encore: Passover apple kugel

If you’ve been invited to a Passover seder and aren’t sure what to bring, this recipe is very easy and has always been a hit. Yes, it’s a side dish, but don’t be surprised to find people going back and nibbling on it for dessert.
Passover kugel recipe non-dairy

Happy Pesach to those who celebrate! Here’s an easy side dish for Passover that I make every year for our family Seder. It’s rich and rather sweet, so some serve as a dessert, but it does make a nice side for a savory dish like a brisket.

This Passover kugel recipe is almost impossible to mess up. 🙂 Because we usually have a large crowd to feed, these quantities serve 10-12. You can easily halve recipe and use a smaller baking dish.

  • 4 apples, peeled and sliced thin (I like to use Granny Smiths)
  • 6-8 Matzohs
  • 8 eggs
  • 1-1/2 cups sugar (either brown or white; I used brown this time)
  • 1-2 tsp lemon zest
  • 2 tsp vanilla
  • 2 sticks butter or margarine at room temperature to soften (if anyone at the meal keeps Kosher and if meat will be served, you need to find a margarine that has NO dairy and is labeled “Parve”. I used this Vegan spread from Earth Balance.)
  • optional: raisins, dark or golden (I forgot to buy this time)

Preheat oven to 450F and use the margarine wrappers to grease a 13 x 9″ baking dish.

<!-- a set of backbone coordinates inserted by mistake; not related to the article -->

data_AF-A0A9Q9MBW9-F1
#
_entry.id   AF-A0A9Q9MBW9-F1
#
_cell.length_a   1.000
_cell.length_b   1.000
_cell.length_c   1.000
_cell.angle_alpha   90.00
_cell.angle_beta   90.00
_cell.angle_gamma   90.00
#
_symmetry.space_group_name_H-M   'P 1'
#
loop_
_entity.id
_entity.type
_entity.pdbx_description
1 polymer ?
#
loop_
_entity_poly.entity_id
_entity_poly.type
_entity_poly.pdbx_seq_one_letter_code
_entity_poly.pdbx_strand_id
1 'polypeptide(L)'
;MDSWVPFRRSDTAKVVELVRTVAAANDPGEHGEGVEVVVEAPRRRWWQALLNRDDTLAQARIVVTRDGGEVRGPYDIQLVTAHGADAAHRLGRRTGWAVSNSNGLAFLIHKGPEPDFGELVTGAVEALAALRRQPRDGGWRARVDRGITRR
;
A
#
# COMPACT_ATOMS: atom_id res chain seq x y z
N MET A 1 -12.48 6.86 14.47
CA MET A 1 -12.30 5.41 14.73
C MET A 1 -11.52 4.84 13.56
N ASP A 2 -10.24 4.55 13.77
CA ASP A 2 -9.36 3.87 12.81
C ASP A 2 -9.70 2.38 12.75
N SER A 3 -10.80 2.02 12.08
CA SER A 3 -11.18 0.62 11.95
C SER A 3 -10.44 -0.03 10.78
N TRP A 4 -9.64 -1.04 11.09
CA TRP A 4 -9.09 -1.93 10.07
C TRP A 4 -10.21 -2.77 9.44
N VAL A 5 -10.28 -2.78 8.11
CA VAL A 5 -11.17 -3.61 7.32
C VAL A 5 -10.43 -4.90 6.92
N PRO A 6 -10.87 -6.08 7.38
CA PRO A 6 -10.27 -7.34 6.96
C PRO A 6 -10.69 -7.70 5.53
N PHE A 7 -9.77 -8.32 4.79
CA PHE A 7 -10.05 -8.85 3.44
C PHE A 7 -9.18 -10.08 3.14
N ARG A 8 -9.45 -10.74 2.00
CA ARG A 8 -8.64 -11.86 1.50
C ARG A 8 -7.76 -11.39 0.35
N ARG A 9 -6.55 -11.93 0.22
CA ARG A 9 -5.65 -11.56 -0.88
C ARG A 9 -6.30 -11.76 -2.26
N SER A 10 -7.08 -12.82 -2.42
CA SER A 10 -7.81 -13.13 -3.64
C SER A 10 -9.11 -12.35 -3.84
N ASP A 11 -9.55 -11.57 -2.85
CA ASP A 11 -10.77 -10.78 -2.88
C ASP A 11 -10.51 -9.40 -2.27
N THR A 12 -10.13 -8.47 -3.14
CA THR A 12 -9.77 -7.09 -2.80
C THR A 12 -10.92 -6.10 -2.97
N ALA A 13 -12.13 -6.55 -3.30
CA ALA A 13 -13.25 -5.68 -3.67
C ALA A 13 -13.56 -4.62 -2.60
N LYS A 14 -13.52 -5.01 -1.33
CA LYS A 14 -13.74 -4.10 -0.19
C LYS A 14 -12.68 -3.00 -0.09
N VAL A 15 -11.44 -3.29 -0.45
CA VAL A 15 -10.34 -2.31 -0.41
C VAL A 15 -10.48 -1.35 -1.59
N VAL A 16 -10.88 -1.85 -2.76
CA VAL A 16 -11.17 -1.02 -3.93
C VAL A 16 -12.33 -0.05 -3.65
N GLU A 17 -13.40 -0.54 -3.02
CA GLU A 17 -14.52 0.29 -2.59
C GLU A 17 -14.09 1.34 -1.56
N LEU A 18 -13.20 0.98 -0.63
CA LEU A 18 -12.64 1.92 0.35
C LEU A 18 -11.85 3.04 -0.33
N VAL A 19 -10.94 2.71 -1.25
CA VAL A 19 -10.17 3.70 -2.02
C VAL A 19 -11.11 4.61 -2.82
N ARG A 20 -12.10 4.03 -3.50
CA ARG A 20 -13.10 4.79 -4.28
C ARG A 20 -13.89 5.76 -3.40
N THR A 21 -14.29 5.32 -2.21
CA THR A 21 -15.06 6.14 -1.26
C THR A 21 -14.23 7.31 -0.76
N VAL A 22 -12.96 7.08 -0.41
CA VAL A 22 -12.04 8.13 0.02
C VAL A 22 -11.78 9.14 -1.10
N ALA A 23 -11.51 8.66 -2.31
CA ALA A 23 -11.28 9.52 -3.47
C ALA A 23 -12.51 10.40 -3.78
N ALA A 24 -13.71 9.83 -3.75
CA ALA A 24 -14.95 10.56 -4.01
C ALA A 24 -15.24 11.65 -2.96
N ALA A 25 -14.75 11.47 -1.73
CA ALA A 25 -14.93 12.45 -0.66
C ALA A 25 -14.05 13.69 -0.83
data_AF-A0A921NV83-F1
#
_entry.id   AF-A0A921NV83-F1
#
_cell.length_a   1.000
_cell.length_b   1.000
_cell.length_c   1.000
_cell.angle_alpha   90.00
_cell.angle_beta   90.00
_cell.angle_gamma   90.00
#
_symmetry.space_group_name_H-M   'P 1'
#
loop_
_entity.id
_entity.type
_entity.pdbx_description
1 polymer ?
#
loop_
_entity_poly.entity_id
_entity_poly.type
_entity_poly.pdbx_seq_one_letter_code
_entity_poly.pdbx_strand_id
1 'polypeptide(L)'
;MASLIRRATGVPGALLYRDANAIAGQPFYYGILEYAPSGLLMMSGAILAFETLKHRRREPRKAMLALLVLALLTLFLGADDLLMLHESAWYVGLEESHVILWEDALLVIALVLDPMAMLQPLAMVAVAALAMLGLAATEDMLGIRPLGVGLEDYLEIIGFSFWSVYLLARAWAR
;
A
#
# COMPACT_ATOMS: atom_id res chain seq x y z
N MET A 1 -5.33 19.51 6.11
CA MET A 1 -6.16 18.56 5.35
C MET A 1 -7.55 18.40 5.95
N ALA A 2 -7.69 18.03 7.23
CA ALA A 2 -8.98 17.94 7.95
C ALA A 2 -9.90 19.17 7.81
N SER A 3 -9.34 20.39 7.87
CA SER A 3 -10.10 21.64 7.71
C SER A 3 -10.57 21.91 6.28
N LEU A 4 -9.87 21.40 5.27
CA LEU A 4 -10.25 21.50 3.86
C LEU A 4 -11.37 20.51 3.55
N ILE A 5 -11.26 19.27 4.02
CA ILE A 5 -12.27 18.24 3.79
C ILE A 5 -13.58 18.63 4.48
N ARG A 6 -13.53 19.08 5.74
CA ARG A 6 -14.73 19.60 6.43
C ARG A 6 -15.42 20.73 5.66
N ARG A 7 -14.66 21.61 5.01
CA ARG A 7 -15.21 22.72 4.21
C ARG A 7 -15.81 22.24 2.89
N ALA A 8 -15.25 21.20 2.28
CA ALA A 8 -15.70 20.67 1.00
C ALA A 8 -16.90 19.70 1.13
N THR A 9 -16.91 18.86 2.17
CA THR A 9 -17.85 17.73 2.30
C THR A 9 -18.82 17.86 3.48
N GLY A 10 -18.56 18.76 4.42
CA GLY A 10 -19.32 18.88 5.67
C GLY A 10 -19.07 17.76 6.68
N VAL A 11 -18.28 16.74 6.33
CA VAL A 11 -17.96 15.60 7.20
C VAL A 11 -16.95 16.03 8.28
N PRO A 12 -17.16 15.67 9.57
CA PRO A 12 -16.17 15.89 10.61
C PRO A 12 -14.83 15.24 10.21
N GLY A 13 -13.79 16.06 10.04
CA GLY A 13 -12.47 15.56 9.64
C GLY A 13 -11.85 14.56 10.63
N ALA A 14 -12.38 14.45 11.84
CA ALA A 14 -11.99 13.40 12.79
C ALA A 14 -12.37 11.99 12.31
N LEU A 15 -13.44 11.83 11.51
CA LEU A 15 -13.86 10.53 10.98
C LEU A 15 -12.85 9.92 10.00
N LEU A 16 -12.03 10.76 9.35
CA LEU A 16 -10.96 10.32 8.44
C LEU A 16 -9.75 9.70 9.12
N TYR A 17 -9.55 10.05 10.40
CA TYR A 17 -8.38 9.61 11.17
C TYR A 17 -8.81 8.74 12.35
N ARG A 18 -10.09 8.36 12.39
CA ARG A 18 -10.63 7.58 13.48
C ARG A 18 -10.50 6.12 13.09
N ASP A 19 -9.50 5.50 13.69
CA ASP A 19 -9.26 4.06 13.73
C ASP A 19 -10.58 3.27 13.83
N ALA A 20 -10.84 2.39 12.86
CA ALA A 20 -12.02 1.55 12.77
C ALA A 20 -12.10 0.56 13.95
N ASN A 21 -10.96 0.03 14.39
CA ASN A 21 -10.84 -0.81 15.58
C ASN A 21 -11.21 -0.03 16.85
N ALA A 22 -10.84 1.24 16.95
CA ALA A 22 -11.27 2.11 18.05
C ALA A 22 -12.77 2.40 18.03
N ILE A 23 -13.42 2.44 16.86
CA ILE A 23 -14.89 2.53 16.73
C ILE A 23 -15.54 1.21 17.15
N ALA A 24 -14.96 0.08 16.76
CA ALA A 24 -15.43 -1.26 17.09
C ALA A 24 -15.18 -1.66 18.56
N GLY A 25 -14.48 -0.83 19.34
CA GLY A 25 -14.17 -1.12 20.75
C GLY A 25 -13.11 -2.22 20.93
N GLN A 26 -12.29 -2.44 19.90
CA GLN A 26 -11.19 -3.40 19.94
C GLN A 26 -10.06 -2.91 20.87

In a large bowl, beat the eggs, then add the sugar, lemon zest (and some juice if you like), vanilla and the sticks of margarine cut into chunks. Mix well. The margarine will still be chunky; that’s OK. If you have raisins, add those to the liquid as well.

Rinse each of the matzohs in running water for a few seconds to soften. I recommend doing this one at a time as you use them; that way they remain intact. Layer 2 matzohs in the bottom of the baking dish, then layer 1/3 of the sliced apples and top with 1/3 of the liquid mixture. Repeat this sequence two times. You can sprinkle some more raisins on top if you like.

Bake uncovered for 15 minutes at 450F. Lower heat to 350F, cover and bake another 40 minutes. Can be served warm or at room temperature.

If you’re handy in the kitchen, you can also do something pretty with that top layer. I’m not. 😉  Here’s how mine looks coming out of the oven.